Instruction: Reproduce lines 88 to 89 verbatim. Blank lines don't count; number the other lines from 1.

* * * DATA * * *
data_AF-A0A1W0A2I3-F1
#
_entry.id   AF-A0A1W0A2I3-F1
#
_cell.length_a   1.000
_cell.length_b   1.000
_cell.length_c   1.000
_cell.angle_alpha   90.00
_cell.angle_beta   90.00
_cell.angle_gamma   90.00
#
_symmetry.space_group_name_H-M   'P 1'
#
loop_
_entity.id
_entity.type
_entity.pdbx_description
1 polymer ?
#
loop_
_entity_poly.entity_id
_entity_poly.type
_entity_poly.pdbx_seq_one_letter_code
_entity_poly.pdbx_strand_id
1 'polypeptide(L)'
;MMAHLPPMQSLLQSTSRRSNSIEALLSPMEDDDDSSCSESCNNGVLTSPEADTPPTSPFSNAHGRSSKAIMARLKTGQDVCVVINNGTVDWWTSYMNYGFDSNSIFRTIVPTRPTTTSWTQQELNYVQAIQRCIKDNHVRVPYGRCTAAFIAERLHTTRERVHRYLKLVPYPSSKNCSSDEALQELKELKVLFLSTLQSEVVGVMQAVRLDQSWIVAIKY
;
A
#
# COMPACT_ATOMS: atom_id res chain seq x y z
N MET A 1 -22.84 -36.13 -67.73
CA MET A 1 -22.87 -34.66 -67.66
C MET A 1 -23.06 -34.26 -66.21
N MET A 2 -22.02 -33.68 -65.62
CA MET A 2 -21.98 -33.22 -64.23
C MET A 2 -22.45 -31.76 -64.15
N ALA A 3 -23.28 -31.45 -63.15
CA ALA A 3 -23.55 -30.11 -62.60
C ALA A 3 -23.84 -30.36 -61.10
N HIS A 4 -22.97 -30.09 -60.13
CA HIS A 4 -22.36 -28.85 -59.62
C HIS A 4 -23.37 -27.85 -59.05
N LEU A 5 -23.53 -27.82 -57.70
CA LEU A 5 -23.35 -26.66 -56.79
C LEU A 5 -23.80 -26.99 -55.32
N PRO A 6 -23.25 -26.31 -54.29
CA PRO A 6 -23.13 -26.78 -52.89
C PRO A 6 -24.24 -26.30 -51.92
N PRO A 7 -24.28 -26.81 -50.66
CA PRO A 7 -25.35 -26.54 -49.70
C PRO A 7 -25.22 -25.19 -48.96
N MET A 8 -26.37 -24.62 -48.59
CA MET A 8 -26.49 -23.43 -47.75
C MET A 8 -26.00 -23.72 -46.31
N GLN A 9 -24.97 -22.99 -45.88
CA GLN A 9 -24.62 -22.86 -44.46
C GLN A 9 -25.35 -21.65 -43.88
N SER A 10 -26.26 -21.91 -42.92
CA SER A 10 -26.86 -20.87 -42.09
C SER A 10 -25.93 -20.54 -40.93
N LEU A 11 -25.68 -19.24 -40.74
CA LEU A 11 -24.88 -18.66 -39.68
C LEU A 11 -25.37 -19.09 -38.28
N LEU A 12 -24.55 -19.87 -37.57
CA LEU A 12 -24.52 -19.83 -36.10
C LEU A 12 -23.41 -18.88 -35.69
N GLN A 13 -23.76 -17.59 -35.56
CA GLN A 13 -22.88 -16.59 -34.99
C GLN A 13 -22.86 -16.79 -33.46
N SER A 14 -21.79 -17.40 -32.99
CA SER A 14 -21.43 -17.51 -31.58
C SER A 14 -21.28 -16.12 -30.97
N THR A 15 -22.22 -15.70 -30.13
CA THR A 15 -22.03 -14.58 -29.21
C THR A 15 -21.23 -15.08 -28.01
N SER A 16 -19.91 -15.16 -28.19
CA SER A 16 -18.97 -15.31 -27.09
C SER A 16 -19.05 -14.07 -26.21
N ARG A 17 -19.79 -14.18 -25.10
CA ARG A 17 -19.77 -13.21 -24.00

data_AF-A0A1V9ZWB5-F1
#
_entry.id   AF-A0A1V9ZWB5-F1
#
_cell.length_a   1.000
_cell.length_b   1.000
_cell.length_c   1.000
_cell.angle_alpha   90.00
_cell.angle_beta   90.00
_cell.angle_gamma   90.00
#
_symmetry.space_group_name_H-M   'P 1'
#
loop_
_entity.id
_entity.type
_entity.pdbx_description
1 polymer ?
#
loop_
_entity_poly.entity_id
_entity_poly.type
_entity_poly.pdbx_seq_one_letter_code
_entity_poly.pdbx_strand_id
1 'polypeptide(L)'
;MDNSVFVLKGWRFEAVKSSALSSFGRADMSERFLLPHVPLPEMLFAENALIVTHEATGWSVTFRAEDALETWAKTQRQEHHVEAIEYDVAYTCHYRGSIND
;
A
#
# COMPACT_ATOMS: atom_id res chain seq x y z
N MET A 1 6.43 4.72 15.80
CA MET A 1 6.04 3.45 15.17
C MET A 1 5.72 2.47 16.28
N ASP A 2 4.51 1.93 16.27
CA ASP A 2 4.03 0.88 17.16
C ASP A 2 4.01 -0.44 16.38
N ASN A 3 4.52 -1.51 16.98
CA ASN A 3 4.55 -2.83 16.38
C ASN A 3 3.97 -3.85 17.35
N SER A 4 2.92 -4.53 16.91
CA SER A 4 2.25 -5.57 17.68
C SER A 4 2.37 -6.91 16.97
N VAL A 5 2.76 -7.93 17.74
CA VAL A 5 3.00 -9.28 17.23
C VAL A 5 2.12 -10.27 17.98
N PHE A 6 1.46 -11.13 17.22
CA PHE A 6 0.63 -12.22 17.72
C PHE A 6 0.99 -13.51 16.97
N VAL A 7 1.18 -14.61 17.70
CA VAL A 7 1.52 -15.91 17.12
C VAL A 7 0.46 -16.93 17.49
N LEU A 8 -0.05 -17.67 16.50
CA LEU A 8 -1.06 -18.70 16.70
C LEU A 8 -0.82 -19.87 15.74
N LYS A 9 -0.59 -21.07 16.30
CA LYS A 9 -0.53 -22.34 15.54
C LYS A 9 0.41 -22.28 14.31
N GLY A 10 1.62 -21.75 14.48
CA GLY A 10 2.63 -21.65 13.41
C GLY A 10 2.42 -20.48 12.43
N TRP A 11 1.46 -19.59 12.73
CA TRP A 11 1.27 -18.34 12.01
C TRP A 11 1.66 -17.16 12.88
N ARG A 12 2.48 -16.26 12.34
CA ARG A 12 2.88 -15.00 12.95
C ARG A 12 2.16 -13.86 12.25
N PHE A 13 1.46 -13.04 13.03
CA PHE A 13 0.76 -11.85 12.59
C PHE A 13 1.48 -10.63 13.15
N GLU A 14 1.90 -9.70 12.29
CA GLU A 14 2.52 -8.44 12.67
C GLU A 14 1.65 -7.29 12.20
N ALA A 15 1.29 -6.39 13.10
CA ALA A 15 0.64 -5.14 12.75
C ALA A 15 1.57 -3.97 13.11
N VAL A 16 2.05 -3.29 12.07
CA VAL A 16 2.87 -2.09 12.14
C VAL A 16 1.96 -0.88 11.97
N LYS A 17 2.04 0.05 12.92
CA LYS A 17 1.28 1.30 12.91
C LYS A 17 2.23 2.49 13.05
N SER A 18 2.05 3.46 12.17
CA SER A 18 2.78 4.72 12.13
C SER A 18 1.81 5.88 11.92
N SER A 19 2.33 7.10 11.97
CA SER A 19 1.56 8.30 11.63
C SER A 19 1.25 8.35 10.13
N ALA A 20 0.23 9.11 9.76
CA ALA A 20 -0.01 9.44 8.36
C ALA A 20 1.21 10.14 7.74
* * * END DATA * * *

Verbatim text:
_cell.angle_alpha   90.00
_cell.angle_beta   90.00